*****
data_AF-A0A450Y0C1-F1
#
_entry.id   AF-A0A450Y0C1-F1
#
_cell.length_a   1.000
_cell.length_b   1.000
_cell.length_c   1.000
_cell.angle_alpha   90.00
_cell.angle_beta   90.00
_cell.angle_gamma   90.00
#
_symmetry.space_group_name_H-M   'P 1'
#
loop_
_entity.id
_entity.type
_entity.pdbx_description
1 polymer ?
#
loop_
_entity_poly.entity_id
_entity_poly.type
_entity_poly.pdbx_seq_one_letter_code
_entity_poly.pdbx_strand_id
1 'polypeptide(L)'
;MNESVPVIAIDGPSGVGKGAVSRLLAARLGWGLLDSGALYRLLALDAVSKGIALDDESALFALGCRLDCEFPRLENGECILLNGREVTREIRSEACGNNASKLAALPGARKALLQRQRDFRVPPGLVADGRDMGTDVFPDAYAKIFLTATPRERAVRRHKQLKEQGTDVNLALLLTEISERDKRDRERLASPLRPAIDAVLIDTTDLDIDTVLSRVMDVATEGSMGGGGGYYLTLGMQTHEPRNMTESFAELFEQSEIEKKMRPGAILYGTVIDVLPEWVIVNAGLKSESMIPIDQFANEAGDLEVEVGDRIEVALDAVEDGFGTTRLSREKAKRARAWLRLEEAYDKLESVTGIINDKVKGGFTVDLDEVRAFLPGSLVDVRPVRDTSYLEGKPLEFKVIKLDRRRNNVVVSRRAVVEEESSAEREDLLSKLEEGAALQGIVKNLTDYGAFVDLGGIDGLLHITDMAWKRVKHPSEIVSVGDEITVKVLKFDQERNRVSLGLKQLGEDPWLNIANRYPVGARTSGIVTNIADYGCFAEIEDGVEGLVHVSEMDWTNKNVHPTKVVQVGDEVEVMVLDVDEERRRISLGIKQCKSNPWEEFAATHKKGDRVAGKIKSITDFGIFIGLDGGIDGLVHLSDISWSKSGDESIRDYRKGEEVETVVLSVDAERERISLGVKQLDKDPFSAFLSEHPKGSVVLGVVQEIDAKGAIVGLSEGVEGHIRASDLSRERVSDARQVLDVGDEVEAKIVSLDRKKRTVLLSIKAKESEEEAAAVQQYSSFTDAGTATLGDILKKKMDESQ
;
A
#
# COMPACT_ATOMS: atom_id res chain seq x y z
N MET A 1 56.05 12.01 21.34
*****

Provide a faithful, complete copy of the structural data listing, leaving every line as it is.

data_AF-A0A450Y0C1-F1
#
_entry.id   AF-A0A450Y0C1-F1
#
_cell.length_a   1.000
_cell.length_b   1.000
_cell.length_c   1.000
_cell.angle_alpha   90.00
_cell.angle_beta   90.00
_cell.angle_gamma   90.00
#
_symmetry.space_group_name_H-M   'P 1'
#
loop_
_entity.id
_entity.type
_entity.pdbx_description
1 polymer ?
#
loop_
_entity_poly.entity_id
_entity_poly.type
_entity_poly.pdbx_seq_one_letter_code
_entity_poly.pdbx_strand_id
1 'polypeptide(L)'
;MNESVPVIAIDGPSGVGKGAVSRLLAARLGWGLLDSGALYRLLALDAVSKGIALDDESALFALGCRLDCEFPRLENGECILLNGREVTREIRSEACGNNASKLAALPGARKALLQRQRDFRVPPGLVADGRDMGTDVFPDAYAKIFLTATPRERAVRRHKQLKEQGTDVNLALLLTEISERDKRDRERLASPLRPAIDAVLIDTTDLDIDTVLSRVMDVATEGSMGGGGGYYLTLGMQTHEPRNMTESFAELFEQSEIEKKMRPGAILYGTVIDVLPEWVIVNAGLKSESMIPIDQFANEAGDLEVEVGDRIEVALDAVEDGFGTTRLSREKAKRARAWLRLEEAYDKLESVTGIINDKVKGGFTVDLDEVRAFLPGSLVDVRPVRDTSYLEGKPLEFKVIKLDRRRNNVVVSRRAVVEEESSAEREDLLSKLEEGAALQGIVKNLTDYGAFVDLGGIDGLLHITDMAWKRVKHPSEIVSVGDEITVKVLKFDQERNRVSLGLKQLGEDPWLNIANRYPVGARTSGIVTNIADYGCFAEIEDGVEGLVHVSEMDWTNKNVHPTKVVQVGDEVEVMVLDVDEERRRISLGIKQCKSNPWEEFAATHKKGDRVAGKIKSITDFGIFIGLDGGIDGLVHLSDISWSKSGDESIRDYRKGEEVETVVLSVDAERERISLGVKQLDKDPFSAFLSEHPKGSVVLGVVQEIDAKGAIVGLSEGVEGHIRASDLSRERVSDARQVLDVGDEVEAKIVSLDRKKRTVLLSIKAKESEEEAAAVQQYSSFTDAGTATLGDILKKKMDESQ
;
A
#
# COMPACT_ATOMS: atom_id res chain seq x y z
N MET A 1 56.05 12.01 21.34